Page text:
Unlike Sydney, Melbourne is holding steady due to economic stability and relative affordability, but supply could be a problem
As the pace of Sydney’s growth begins to slow, Melbourne is stepping up as the rock of the two with a resilient market.
“This comes down to affordability, job growth and population growth,” says Jane Slack-Smith, director of Investors Choice Mortgages.
“Melbourne has also had first home buyer stamp duty incentives, ie $0 up to $600,000 – like Sydney – and discounts of up to $750,000. The difference is that $600,000 will get a whole lot more value than the same amount will buy in Sydney.”
Such incentives have typically helped drive a property market, and this looks to be the case in Victoria. Ballarat and Geelong are other growth areas that could prop the state up should the capital begin to slip – their low prices and considerable returns are certain to bring in investors.
Geelong is also benefiting from the commencement of several infrastructure projects – such as the expansion of Deakin University and Geelong Hospital – to support different industries and remove its dependence on the manufacturing and processing sectors. The commute from Geelong to Melbourne has also been improved by the Princes Highway upgrade and the Regional Rail Link project.
According to Lindy Lear, general manager of Rocket Property Group, beachside suburbs in the vicinity of Barwon Heads and Ocean Grove offer good value and are an alternative to more expensive pockets like Torquay.
“Supply of land is limited in some of these areas, and buyers (and renters) want their properties to be in the best position nearer to special schools, recreation facilities, new shopping centres planned or under construction, so moving quickly to secure available land and house packages at a good price is crucial,” Lear advises.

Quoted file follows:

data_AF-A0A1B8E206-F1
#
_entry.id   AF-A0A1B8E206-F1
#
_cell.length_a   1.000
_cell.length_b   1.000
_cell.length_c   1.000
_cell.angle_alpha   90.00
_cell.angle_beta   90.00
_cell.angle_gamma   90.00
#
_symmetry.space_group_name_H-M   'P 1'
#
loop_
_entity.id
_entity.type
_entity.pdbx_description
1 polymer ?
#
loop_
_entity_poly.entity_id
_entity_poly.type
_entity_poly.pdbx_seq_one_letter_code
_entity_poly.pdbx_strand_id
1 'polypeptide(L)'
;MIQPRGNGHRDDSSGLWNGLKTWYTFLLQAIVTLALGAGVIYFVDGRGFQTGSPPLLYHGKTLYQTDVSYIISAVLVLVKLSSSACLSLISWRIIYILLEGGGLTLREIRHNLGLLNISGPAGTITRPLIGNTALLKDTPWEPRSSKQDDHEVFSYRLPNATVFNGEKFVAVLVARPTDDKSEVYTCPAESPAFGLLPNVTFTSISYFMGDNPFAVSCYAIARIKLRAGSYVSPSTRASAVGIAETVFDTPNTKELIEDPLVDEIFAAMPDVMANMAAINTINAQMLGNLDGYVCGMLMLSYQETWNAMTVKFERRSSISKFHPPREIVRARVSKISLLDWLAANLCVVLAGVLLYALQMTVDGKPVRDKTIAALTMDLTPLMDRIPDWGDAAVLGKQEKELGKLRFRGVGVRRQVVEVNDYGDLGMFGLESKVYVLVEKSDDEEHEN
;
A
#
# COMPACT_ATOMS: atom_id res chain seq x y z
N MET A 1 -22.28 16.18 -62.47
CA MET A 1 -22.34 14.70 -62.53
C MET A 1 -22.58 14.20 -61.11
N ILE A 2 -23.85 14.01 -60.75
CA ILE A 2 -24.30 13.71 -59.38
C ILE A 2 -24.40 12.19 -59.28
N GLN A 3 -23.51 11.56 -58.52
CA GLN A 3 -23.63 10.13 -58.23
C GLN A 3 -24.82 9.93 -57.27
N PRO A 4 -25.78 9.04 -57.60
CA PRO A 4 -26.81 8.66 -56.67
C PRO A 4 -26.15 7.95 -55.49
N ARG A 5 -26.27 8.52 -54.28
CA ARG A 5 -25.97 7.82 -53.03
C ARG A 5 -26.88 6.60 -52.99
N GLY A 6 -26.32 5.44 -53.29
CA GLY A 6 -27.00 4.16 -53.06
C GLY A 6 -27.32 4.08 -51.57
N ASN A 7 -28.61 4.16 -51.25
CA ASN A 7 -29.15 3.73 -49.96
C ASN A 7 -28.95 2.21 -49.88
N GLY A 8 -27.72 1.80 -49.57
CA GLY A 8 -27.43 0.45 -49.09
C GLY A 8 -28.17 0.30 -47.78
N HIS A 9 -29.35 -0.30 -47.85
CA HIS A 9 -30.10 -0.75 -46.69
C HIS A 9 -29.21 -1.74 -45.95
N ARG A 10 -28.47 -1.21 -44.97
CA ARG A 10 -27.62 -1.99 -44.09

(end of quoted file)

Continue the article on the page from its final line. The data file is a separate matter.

Demand may overpower supply of housing
As housing stock shrinks throughout the state, however the Urban Development Institute of Australia (UDIA) in Victoria believes incoming supply may not be enough to cover the demand.
“The residential development industry points to a serious housing undersupply. This is cause for major concern from the affordability, liveability and economic perspectives as Victoria’s population only looks to increase on recent projections,” comments Danni Addison, chief executive of UDIA Victoria.
This represents an opportunity for townhouses and units, which are expected to make up the majority of properties in the Victorian housing market. While tenants still aren’t keen on apartments, especially in outer Melbourne, this sentiment could change in the future.
SUBURB TO WATCH
MELTON: Affordability brings strong growth
The home of Melton City’s annual Djerriwarrh Festival, the suburb of Melton is at the centre of its host satellite city.
As an important location in the outer-west region of Victoria, Melton has experienced strong growth over the 12 months to August 2017. Houses saw an almost-20% price increase, whereas unit values were boosted by over 10%. Even then, properties remain highly affordable, with houses coming in at a median price of under $330,000 and apartments selling at a median of just $272,551.
Some growing locations may suffer from low yields, but that’s not the case for Melton. The average return for units is a whopping 6.1%, whereas for houses it’s a strong 4.7%.
Affordability: Melton property prices average at under $400,000
Yield: Houses and units offer high returns of 4.7% and 6.1%
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